With the upcoming macOS 10.14 (Mojave), Apple is introducing a totally new Mac App Store experience. This offers a lot of opportunity for developers and companies from all corners of the tech ecosystem.
Someone with a dismissive attitude might say the Mac App Store is simply being redesigned to mimic the iOS App Store refresh from last year. Indeed, the same design language permeates; users will be met with big, splashy ‘app of the day’ banners, as well as themed collections around events such as the World Series or Martin Luther King Jr. day.
Individual app pages will also be redesigned in the new Mac App Store. Developers can add screenshots and videos, and the overall aesthetic will change to surface reviews and other app information.
But beyond the design lies opportunity. A new sidebar categorically lists several topics Apple thinks its desktop users will find most useful: Discover, Create, Work, Play, and Develop. There’s also a Categories list for everything else, and Updates (so users know if apps are waiting to restart with new features):
The new layout is not without merit for developers, at least in terms of traffic. Apptopia data suggests the iOS ‘app of the day’ slot leads to a download boost of 1,747 percent. ‘Game of the day’ candidates see a 792 percent bump. And these are averages, not best-case scenarios.
In other words, the potential upshot of the redesign is massive for Mac developers. Desktop apps can be downloaded from anywhere on the web, but discovery is often difficult; referral websites such as Product Hunt can help, but that’s another URL users have to remember to visit. The Mac App Store can potentially solve those kinds of discovery issues.
(Speculatively, I think better search may be coming to the iOS and Mac App Stores. Apple Music quietly gained a search feature this year that allows you to type in lyrics and see which song they’re from. That seems like a soak test for broader use in Apple’s ecosystem, and the App Store is ripe for search disruption.)
Apple is also separating signal from noise with broader strokes. While better app landing pages and feature curation help, the Mac is also ditching 32-bit apps. This move has two advantages: it will thin out the Mac App Store, and improve support for cross-platform apps.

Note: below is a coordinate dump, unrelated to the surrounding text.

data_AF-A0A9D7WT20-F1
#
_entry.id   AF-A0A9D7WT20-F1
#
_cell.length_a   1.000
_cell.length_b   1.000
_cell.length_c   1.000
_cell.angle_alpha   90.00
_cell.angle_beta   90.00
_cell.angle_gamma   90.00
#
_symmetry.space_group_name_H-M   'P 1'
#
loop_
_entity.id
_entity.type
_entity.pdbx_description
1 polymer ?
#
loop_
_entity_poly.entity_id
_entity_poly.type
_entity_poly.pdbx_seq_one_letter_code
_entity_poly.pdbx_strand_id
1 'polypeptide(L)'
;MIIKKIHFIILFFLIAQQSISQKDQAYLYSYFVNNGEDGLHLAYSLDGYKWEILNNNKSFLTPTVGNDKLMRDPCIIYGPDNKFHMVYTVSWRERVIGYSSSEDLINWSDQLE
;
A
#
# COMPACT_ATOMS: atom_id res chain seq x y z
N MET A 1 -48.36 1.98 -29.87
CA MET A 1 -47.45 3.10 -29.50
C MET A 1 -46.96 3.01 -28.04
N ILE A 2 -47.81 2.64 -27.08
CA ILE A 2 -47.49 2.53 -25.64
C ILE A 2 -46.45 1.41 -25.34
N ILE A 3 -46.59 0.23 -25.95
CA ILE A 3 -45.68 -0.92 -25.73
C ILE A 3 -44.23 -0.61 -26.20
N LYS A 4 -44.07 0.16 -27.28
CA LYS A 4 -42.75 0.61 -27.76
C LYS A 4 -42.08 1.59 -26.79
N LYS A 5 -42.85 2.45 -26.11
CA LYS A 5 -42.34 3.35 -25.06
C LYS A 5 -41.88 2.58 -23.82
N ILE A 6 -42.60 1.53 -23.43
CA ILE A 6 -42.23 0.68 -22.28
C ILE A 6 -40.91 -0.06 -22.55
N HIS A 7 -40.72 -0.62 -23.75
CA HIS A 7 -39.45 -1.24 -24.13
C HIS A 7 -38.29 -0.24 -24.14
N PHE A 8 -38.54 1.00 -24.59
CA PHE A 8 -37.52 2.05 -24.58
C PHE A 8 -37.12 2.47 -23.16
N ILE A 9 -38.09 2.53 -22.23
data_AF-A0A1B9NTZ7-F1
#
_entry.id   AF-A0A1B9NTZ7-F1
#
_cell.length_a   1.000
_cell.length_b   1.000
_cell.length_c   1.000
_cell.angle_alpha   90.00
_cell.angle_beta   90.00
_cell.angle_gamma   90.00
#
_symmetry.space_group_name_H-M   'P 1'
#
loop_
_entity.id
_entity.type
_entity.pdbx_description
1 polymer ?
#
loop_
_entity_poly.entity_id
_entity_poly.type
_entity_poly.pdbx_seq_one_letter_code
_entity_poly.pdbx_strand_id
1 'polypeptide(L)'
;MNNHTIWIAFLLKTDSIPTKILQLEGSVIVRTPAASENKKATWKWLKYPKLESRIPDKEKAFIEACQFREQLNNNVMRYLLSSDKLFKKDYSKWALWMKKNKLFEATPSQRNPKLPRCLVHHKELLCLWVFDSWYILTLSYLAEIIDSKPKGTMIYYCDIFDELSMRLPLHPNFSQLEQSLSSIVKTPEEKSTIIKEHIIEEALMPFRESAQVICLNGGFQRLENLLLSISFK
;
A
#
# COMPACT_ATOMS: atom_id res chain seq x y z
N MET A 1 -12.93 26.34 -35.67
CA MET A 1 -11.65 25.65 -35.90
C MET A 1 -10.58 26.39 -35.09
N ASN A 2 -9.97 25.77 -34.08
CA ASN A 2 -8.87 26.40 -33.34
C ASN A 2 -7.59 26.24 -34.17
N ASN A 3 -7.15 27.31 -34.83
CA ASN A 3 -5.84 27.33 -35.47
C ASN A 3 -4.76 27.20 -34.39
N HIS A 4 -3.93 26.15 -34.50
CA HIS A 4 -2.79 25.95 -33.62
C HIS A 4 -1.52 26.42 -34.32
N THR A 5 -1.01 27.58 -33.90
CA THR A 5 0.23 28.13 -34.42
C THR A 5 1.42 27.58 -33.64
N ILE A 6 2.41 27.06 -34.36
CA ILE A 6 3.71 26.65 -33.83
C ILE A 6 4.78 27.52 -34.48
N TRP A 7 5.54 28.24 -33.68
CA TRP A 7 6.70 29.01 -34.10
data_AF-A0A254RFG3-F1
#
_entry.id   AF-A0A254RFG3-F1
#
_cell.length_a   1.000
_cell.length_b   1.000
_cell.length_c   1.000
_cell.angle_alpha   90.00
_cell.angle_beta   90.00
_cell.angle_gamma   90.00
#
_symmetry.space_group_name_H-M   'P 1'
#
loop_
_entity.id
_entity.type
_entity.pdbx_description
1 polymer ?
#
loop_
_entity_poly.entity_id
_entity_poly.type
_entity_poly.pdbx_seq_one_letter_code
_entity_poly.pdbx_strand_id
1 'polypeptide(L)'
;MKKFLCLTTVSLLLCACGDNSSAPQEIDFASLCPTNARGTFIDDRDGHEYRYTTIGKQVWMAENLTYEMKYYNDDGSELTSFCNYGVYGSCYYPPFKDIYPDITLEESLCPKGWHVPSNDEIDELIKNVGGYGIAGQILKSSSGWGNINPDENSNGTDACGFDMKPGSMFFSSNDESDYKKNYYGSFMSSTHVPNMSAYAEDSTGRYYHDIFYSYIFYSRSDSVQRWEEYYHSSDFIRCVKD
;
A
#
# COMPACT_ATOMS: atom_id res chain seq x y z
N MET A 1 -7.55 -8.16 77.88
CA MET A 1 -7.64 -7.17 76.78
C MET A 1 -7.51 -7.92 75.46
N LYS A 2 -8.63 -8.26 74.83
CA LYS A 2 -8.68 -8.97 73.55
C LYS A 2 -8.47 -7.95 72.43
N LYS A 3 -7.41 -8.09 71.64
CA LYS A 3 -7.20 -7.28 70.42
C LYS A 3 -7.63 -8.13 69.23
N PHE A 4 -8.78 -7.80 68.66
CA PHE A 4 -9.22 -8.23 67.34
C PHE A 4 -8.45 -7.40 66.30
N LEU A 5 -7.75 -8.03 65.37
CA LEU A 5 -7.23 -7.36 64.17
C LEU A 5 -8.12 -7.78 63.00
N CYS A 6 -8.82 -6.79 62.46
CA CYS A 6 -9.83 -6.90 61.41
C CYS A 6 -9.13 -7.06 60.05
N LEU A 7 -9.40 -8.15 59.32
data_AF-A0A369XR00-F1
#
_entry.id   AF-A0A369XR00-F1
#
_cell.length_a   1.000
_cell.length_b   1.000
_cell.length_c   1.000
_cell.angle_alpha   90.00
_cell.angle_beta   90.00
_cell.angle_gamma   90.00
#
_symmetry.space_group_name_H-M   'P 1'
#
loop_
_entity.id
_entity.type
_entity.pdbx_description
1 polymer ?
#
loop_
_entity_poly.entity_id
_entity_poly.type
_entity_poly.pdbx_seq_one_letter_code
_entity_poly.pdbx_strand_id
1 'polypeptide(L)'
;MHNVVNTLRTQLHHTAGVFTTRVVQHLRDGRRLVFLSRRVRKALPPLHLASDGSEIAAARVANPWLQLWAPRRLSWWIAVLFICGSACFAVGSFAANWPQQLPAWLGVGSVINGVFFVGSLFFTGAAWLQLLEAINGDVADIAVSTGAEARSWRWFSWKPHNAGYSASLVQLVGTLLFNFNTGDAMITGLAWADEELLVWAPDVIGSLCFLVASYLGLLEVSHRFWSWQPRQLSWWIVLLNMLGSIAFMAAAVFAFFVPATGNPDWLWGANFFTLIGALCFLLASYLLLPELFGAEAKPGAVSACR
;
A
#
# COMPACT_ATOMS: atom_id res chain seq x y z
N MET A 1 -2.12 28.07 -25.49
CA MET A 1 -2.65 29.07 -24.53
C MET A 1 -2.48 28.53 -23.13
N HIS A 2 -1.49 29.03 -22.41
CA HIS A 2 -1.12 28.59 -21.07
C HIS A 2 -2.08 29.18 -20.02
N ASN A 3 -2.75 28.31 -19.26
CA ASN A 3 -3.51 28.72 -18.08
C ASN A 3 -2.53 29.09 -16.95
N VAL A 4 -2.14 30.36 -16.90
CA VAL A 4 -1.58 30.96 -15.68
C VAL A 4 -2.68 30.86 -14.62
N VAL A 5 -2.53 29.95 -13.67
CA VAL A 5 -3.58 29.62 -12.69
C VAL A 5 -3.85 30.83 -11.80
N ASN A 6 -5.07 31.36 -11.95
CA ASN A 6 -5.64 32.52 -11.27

Mojave will be the last macOS version to support 32-bit apps in any form. High Sierra was the last to support legacy apps without a dip in performance, but Mojave represents a last stand against ‘zombie’ apps. After that, it’s 64-bit only.
Mojave will also support Apple’s new iOS/macOS apps. At this year’s WWDC, Apple unveiled four of its own iOS apps for Mojave, a proof-of-concept for the ability to write once and deploy across Apple’s ecosystem. The target for this cross-platform launch is next year, but Apple is careful not to marry itself to a firm timeline here (and with good reason; we still don’t have the AirPower pad announced at last year’s WWDC, for example).
We don’t yet know how monetization might affect cross-platform apps. We’re guessing Apple won’t allow developers to charge twice simply because an app is available on two distinct platforms. Instead, apps for use on iOS and macOS will likely be billed as ‘added value’ for both paid and subscription models. (That seems the most sensible approach, at least.)
Developers and companies have two shots at gaining users if they embrace making their apps available for macOS and iOS, not to mention two chances at becoming app or game of the day in the app stores (and becoming part of curated collections). If a personalized experience surfaces apps that are more interesting, that increases the chances that people will visit more often and download more apps.
The new Mac App Store feels less like an app repository and more like a digital storefront, and it’s clear Apple wants it to be users’ only destination for finding macOS apps. That it has the support of large companies and smaller shops alike suggests it won’t play favorites on that front, either.
All told, there’s tremendous upside with the Mac App Store in Mojave. This time next year, you will still be able to download apps from anywhere on the web, but you might want to download from the Mac App Store.